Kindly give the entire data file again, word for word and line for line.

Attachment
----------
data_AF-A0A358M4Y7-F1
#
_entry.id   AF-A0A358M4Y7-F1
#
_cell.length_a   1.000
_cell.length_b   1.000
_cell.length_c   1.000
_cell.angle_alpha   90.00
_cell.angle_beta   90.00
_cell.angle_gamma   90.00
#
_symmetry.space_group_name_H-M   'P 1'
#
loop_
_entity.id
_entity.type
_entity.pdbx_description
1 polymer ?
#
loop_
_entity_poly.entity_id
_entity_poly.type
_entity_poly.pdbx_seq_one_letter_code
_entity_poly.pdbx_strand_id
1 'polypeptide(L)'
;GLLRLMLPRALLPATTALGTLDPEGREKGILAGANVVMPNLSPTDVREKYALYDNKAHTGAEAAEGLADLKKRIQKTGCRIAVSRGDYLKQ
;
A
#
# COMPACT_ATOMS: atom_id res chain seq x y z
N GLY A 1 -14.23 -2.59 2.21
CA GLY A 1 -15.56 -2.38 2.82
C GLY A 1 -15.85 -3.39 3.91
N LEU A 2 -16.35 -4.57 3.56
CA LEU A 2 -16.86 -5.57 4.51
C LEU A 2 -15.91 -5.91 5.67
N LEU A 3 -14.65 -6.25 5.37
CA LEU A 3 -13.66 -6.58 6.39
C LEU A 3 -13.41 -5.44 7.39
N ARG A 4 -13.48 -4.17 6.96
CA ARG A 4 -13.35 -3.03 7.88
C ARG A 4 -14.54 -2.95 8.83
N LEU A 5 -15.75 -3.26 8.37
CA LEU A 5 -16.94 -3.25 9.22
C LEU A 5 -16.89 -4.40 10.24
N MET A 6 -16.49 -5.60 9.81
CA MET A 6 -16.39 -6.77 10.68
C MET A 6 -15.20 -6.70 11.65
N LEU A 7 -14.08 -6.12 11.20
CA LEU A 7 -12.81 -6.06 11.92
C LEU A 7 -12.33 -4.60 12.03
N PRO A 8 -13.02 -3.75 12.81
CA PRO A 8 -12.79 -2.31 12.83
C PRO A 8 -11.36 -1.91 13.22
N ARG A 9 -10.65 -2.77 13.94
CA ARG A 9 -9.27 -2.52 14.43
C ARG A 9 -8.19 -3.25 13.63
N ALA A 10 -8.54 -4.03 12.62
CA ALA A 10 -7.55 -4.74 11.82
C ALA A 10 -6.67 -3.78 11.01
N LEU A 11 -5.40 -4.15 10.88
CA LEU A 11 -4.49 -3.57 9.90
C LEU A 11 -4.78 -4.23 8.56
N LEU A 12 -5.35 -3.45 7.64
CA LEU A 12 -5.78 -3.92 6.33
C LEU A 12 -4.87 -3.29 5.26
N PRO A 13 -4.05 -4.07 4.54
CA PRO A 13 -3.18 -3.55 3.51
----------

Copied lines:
data_AF-A0A358M4Y7-F1
#
_entry.id   AF-A0A358M4Y7-F1
#
_cell.length_a   1.000
_cell.length_b   1.000
_cell.length_c   1.000
_cell.angle_alpha   90.00
_cell.angle_beta   90.00
_cell.angle_gamma   90.00
#
_symmetry.space_group_name_H-M   'P 1'
#
loop_
_entity.id
_entity.type
_entity.pdbx_description
1 polymer ?
#
loop_
_entity_poly.entity_id
_entity_poly.type
_entity_poly.pdbx_seq_one_letter_code
_entity_poly.pdbx_strand_id
1 'polypeptide(L)'
;GLLRLMLPRALLPATTALGTLDPEGREKGILAGANVVMPNLSPTDVREKYALYDNKAHTGAEAAEGLADLKKRIQKTGCRIAVSRGDYLKQ
;
A
#
# COMPACT_ATOMS: atom_id res chain seq x y z
N GLY A 1 -14.23 -2.59 2.21
CA GLY A 1 -15.56 -2.38 2.82
C GLY A 1 -15.85 -3.39 3.91
N LEU A 2 -16.35 -4.57 3.56
CA LEU A 2 -16.86 -5.57 4.51
C LEU A 2 -15.91 -5.91 5.67
N LEU A 3 -14.65 -6.25 5.37
CA LEU A 3 -13.66 -6.58 6.39
C LEU A 3 -13.41 -5.44 7.39
N ARG A 4 -13.48 -4.17 6.96
CA ARG A 4 -13.35 -3.03 7.88
C ARG A 4 -14.54 -2.95 8.83
N LEU A 5 -15.75 -3.26 8.37
CA LEU A 5 -16.94 -3.25 9.22
C LEU A 5 -16.89 -4.40 10.24
N MET A 6 -16.49 -5.60 9.81
CA MET A 6 -16.39 -6.77 10.68
C MET A 6 -15.20 -6.70 11.65
N LEU A 7 -14.08 -6.12 11.20
CA LEU A 7 -12.81 -6.06 11.92
C LEU A 7 -12.33 -4.60 12.03
N PRO A 8 -13.02 -3.75 12.81
CA PRO A 8 -12.79 -2.31 12.83
C PRO A 8 -11.36 -1.91 13.22
N ARG A 9 -10.65 -2.77 13.94
CA ARG A 9 -9.27 -2.52 14.43
C ARG A 9 -8.19 -3.25 13.63
N ALA A 10 -8.54 -4.03 12.62
CA ALA A 10 -7.55 -4.74 11.82
C ALA A 10 -6.67 -3.78 11.01
N LEU A 11 -5.40 -4.15 10.88
CA LEU A 11 -4.49 -3.57 9.90
C LEU A 11 -4.78 -4.23 8.56
N LEU A 12 -5.35 -3.45 7.64
CA LEU A 12 -5.78 -3.92 6.33
C LEU A 12 -4.87 -3.29 5.26
N PRO A 13 -4.05 -4.07 4.54
CA PRO A 13 -3.18 -3.55 3.51